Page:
But the truth is the truth, and it sets us free.
Bowie and many musicians had connections with the occult.
"As I say in the book, I believe David Bowie is true magician in the story of rock and roll, the artist who most perfectly realized the definition of magic, both Crowley's original ('The science and art of causing change to occur in conformity with Will') and Dion Fortune's modification ('Magick is the art of causing changes in consciousness in conformity with the Will')," notes author Peter Bebergal in Season of the Witch. "The thing I wanted to emphasize in Season Of The Witch is that the occult imagination is not simply about belief or practice, it's about how the application of the occult became the very method by which rock and roll was often realized. Bowie's music and performance were a magical practice, maybe even more potent than if he sat by himself in his room and tried to conjure a demon. I think this goes to the heart with my frustration with the occult merely as a belief system. Without art, without some expression of those experiences and those interactions with the unconscious, I lose interest. It's fun to imagine Crowley at the Boleskine house trying to meet his Holy Guardian Angel, but what is left except the story? The story of David Bowie drawing the Kabbalistic tree of life in the studio when he was recording 'Station To Station' resonates because of 'Station To Station,' the album. It's a masterpiece, and it is partly a result of what was going on in his head as he tried to manage a psyche fractured by cocaine and occultism."
Continues the author (indicating that occultism goes far beyond Bowie): "I think Led Zeppelin and Black Sabbath actually transformed pop culture. That's real magick. A band's adherence to some occult idea, be it LaVeyan Satanism or the Norns, is fine for making a certain kind of music that might have its own dark power, but that doesn't make them any more 'authentically' occult. But what Led Zeppelin and Black Sabbath both did so brilliantly was find the perfect balance between mythology and marketing. What is the occult if not a kind of transmission between the audience and the musician, whereby there is a kind of unspoken agreement to suspend disbelief, just as when we watch a stage magician. Black metal bands have a powerful pact with their audience and sometimes the media likes to make hay of it all, but that transmission rarely reaches beyond their subculture."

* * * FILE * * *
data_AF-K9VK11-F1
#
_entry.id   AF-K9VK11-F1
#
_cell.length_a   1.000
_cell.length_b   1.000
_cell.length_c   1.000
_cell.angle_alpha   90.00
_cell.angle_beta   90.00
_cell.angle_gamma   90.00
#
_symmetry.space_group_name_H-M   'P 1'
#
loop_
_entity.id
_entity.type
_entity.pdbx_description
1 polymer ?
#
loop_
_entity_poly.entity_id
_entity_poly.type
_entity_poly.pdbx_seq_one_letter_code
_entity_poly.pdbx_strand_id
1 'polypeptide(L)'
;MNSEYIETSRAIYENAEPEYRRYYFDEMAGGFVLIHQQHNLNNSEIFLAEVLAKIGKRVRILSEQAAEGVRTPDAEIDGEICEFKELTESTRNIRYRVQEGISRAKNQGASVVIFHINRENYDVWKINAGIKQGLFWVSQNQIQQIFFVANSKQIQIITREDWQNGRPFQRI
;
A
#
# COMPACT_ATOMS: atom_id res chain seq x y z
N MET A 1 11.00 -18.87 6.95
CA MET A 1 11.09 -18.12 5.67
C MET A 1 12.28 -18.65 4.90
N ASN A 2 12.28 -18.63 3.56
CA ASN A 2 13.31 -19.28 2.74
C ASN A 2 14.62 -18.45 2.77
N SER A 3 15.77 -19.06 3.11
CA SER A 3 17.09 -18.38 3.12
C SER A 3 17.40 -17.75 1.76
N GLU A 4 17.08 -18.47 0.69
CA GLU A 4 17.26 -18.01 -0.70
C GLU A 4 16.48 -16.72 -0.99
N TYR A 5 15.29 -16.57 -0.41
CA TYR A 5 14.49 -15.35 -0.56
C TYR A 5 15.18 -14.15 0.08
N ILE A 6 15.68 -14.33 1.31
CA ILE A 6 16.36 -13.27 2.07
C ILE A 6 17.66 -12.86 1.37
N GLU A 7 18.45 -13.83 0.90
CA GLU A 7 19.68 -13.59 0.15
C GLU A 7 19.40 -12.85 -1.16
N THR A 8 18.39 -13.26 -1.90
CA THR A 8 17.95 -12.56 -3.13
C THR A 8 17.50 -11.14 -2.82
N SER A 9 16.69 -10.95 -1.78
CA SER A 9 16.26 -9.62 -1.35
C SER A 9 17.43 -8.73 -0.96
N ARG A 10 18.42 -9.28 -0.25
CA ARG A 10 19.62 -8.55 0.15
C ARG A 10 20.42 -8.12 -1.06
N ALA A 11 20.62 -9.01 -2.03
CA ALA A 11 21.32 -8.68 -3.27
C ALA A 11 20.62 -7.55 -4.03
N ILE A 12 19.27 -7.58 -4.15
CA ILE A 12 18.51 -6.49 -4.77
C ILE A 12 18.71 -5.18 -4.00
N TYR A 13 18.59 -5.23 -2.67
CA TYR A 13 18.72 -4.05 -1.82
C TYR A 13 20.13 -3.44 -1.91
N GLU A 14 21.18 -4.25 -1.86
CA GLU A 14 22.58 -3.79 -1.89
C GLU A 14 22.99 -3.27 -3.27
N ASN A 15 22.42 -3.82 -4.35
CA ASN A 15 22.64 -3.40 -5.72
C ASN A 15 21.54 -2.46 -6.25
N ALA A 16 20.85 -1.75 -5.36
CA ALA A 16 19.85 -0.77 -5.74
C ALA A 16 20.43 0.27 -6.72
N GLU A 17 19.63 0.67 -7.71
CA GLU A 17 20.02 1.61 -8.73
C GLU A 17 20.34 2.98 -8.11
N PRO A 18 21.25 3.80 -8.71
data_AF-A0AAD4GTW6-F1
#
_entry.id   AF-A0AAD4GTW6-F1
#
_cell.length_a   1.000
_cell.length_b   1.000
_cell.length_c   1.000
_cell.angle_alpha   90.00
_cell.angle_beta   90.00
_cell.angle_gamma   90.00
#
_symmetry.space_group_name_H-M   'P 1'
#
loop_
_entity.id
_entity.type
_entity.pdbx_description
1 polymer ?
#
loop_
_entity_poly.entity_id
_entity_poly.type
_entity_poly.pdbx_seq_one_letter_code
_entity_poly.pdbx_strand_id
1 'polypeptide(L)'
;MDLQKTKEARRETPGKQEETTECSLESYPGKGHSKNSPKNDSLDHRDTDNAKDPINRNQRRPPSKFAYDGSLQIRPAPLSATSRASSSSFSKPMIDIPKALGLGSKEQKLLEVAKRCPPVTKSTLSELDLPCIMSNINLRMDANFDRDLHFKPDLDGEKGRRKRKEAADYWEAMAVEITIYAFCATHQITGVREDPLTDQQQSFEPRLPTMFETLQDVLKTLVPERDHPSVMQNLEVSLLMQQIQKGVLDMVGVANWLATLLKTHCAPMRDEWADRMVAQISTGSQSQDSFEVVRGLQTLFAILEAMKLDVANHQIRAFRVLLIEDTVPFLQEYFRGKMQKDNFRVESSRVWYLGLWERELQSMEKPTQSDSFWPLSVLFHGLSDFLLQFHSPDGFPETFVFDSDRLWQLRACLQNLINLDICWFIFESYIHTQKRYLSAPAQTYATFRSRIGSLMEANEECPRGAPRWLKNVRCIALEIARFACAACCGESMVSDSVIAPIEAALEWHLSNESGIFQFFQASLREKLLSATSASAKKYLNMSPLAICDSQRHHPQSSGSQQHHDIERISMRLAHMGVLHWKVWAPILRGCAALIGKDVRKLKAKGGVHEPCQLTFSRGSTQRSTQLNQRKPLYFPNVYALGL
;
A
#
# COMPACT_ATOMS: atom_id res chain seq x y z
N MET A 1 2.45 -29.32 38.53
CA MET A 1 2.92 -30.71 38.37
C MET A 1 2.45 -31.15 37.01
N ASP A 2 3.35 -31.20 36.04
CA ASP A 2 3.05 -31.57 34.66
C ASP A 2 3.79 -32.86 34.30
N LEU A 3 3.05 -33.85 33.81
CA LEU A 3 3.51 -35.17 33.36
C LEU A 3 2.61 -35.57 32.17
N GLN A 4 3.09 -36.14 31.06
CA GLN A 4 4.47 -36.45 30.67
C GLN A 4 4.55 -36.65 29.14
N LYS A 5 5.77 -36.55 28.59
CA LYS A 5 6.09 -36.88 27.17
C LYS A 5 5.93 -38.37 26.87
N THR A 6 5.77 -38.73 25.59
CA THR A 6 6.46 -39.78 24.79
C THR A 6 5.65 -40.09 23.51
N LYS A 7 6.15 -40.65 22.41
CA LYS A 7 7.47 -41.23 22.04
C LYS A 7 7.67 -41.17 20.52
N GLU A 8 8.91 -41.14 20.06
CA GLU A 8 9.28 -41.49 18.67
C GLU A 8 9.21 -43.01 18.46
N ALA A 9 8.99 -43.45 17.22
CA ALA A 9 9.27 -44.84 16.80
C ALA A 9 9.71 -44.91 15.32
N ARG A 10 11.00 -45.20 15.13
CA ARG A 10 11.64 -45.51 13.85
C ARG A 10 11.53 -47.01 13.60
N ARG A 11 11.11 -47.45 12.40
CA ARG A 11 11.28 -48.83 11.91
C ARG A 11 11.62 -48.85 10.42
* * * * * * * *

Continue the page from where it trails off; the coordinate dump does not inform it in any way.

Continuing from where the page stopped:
Bowie's fascination -- at least during much of his career -- was with what the author calls "alien Gnosticism" ("The Man Who Fell to Earth").
It is wonderful to show mercy -- especially this year -- and we should reach out and love all. But when we ignore evil, it festers -- whether in ourselves, our families, or the culture at large.
A splendid such point is made by Catholic writer Anthony DeStefano in his self-help book, A Travel Guide to Life. Notes DeStefano (about those who promote a positive, merciful attitude, but without recognizing evil), "There's a problem with not mentioning it. Even if you ignore evil, it's not going away. And that's why most of these personal development techniques ultimately break down. You can listen to self-help audios all the time and become well-versed in the power of positive thinking and make good progress on achieving your goals and believing in yourself -- and then one day, when you're least expecting it, evil strikes.
"The truth is that you can ignore evil all you want, but evil is not going to ignore you. Saint Paul said that our struggle in life is not with 'flesh and blood' or even the rulers of this world, but rather with 'powers and principalities.'
"Now, many people in our enlightened culture scoffs at the idea of the devil and dismiss any notion of a spiritual world beyond the senses. But if you call yourself a Christian, you're still supposed to believe in those invisible realities. And the reason you're supposed to believe in them is that they're true -- they do exist, and they do try to influence people to do bad things. Like it or not, there's a spiritual war going on."
Music in harmony, in melody, in rhythm has an inexplicable ability to penetrate directly into the soul (and to take with them lyrics).
There it imparts grace or darkness.
And there it has helped greatly to cause the disordered, dangerous society you now see around you.